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Differential in the arc-length formula for curves

  1. Jul 18, 2010 #1
    given a parametric curve [tex]\mathbf{r}(s)=x(s)\mathbf{i} + y(s)\mathbf{j} + z(s)\mathbf{k}[/tex], my textbook says that tangent vector having unit-magnitude is given by [tex]\mathbf{r}(s)=x'(s)\mathbf{i} + y'(s)\mathbf{j} + z'(s)\mathbf{k}[/tex]

    I don't understand the proof that it has unit magnitude:

    [tex]\sqrt{(\frac{dx}{ds})^2 + (\frac{dy}{ds})^2 + (\frac{dz}{ds})^2 }[/tex]

    [tex]= \sqrt{\frac{ (dx)^2 + (dy)^2 + (dz)^2}{(ds)^2} }[/tex]

    [tex]= 1[/tex]

    I can't really follow any of the given steps.
    *) What is the reasoning for stepping from line-1 to line-2 ?
    **) And finally how did they obtain the identity [itex] (ds)^2=(dx)^2 + (dy)^2 + (dz)^2[/itex]
  2. jcsd
  3. Jul 18, 2010 #2
    s here is your arc length parameter.

    So by the fundamental theorem of calculus we have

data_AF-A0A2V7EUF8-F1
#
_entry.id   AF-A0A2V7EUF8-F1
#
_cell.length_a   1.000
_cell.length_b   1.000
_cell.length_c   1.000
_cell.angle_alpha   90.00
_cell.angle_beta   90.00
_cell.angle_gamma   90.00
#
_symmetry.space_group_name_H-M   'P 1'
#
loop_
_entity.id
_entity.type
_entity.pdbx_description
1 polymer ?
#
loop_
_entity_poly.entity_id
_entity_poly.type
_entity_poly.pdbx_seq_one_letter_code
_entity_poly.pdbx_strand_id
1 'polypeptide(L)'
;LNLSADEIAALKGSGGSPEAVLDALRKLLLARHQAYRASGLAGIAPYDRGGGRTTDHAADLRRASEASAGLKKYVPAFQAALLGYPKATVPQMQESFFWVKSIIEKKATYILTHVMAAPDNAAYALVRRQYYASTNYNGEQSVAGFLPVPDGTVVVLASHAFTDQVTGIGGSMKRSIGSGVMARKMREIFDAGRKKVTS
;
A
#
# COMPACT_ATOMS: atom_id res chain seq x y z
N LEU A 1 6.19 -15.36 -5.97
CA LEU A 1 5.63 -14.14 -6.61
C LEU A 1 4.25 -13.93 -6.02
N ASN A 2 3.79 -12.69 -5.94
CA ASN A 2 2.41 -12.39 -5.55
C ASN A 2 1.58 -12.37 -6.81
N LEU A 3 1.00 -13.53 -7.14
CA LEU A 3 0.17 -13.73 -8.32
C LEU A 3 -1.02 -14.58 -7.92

Or in differential form [tex]ds=||r'(t)||dt[/tex]. The differential form is written like this as if we omitted the integral sign.

    So we have [tex]ds=||r'(t)||dt=\sqrt{(\frac{dx}{dt})^2+(\frac{dy}{dt})^2+(\frac{dz}{dt})^2}dt=\sqrt{dx^2+dy^2+dz^2}[/tex]

    Does that help? I think what's confusing you is when you can use the differential form. Differentials by themselves are more like identities, that you implement when integrating or simplifying (and in this case they're being used to simplify).
  4. Jul 18, 2010 #3
    Ah I see!
    I forgot that s represented the arc-length parameter! That was important.

    Yes. When I see the entire proof like the one you gave here, it totally makes sense to me. But when someone shoots rightaway identities in differential form I get easily confused. Unfortunately what is giving me frustration is that I cannot clearly spot the exact concept that I understood poorly.

    Do you have a suggestion on textbooks/exercises/tutorials that could help me fill this gap?

    Thanks a lot!!
  5. Jul 18, 2010 #4
    http://en.wikipedia.org/wiki/Differential_of_a_function" [Broken]
    This might be helpful, some of it might be perhaps too advanced though. Unfortunately, I don't really have any good sources off the top of my head, sorry.
    Last edited by a moderator: May 4, 2017
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